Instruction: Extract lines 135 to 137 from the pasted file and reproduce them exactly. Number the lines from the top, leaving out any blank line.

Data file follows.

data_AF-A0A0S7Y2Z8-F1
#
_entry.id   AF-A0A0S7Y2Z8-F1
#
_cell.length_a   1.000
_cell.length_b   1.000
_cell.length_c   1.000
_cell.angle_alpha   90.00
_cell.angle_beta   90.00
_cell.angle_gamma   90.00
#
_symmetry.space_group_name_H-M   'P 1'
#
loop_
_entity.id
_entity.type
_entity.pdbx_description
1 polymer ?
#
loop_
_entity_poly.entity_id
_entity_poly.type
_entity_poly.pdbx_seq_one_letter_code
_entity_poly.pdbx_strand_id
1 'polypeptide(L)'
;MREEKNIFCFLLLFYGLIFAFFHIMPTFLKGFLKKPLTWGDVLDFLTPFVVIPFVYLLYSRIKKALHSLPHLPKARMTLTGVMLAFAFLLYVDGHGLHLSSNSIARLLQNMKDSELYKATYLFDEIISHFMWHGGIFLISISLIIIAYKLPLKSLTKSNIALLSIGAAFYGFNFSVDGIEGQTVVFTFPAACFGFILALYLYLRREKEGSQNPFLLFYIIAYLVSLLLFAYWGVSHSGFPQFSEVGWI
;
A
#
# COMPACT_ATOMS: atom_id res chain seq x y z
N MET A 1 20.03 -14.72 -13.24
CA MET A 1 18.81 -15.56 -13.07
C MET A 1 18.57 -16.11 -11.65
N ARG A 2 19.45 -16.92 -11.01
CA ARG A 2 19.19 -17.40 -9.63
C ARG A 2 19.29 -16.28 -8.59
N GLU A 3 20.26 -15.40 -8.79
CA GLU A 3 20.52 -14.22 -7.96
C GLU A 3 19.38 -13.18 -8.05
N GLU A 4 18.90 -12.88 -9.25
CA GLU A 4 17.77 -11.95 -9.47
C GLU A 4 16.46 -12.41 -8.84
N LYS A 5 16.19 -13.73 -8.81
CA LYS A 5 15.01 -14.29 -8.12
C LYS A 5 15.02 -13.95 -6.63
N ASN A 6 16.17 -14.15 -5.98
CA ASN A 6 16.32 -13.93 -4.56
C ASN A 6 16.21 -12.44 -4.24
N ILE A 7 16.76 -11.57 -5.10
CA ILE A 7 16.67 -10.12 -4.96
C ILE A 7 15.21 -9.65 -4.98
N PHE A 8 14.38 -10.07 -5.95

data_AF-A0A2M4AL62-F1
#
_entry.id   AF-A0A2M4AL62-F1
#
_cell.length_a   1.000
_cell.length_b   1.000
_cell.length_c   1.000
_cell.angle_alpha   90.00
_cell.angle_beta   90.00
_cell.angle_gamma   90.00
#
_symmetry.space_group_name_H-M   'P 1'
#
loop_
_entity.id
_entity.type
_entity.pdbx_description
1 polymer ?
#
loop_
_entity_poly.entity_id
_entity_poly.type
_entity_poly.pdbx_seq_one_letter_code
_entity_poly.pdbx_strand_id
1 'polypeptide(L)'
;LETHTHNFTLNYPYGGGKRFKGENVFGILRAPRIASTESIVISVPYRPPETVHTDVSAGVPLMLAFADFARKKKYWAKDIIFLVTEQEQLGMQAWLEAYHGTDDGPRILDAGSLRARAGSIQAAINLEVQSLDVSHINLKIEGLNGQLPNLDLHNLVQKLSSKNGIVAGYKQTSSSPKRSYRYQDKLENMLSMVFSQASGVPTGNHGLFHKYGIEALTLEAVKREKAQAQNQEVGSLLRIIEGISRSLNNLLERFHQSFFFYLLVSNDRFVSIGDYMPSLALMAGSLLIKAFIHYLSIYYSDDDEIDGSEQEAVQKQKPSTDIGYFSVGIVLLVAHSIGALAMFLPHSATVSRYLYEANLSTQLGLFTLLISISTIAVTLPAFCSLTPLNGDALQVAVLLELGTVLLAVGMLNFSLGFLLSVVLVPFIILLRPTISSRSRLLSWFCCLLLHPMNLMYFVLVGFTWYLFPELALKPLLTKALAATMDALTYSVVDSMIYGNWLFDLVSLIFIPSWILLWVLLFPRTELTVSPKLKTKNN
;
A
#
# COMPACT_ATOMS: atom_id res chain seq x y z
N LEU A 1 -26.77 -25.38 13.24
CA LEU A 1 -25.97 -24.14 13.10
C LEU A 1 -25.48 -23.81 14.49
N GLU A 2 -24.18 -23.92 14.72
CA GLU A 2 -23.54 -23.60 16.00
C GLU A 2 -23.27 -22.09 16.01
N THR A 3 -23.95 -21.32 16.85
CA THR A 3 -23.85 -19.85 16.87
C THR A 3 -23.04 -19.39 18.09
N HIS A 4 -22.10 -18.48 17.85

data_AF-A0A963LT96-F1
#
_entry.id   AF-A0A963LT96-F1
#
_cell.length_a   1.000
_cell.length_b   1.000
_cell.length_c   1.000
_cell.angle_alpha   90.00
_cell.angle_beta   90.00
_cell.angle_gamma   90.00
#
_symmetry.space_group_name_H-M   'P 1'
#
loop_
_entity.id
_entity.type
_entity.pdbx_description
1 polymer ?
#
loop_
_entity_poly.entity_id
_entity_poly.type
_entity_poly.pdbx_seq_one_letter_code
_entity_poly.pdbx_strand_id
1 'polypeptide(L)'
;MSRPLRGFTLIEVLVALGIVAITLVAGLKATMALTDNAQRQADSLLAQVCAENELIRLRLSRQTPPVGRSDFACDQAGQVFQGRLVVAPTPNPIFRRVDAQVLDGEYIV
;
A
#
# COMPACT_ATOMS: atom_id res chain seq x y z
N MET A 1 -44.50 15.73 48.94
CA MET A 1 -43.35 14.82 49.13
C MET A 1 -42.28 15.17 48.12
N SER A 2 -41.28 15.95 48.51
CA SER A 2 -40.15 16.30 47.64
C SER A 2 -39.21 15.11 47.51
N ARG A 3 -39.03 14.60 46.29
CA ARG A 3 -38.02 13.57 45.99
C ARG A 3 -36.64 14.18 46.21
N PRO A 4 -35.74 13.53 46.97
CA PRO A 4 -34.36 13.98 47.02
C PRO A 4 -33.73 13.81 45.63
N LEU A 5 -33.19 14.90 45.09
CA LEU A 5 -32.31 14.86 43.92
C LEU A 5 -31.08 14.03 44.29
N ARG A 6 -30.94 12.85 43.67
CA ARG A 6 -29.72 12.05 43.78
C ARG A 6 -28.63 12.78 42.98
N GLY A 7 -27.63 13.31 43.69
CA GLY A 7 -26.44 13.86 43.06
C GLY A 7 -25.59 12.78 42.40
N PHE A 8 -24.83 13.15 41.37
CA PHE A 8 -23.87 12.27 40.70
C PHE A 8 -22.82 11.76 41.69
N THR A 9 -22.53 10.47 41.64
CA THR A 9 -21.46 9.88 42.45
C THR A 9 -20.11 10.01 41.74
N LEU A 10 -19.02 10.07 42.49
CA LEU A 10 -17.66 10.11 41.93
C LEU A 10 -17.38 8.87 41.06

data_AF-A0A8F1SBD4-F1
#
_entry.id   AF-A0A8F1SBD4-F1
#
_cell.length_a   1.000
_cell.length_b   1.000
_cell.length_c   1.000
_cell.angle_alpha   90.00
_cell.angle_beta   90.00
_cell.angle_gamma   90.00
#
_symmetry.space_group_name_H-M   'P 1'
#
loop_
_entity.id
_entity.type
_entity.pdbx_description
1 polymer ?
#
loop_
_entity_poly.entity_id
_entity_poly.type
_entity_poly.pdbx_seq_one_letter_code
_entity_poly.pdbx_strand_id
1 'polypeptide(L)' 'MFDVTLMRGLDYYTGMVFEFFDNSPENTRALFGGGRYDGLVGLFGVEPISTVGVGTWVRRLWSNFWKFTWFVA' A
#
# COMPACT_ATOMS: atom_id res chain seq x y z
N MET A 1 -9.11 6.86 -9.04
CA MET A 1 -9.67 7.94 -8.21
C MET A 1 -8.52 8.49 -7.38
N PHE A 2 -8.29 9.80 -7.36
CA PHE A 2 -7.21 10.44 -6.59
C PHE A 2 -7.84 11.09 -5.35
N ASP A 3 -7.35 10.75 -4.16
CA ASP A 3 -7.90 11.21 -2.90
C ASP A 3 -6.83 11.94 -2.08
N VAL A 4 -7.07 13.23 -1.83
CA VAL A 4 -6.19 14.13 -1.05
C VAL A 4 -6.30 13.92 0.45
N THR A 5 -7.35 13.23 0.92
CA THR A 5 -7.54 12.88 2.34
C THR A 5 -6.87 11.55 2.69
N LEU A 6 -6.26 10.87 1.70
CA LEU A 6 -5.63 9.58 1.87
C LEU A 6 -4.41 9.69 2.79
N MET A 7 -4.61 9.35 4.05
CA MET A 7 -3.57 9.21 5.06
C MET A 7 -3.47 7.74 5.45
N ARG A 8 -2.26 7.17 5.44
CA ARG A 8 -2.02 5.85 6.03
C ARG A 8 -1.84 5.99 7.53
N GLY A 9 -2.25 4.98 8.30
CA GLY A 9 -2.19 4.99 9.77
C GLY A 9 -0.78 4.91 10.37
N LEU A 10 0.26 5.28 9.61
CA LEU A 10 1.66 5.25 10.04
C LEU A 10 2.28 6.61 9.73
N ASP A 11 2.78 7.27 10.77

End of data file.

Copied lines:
N LEU A 5 -33.19 14.90 45.09
CA LEU A 5 -32.31 14.86 43.92
C LEU A 5 -31.08 14.03 44.29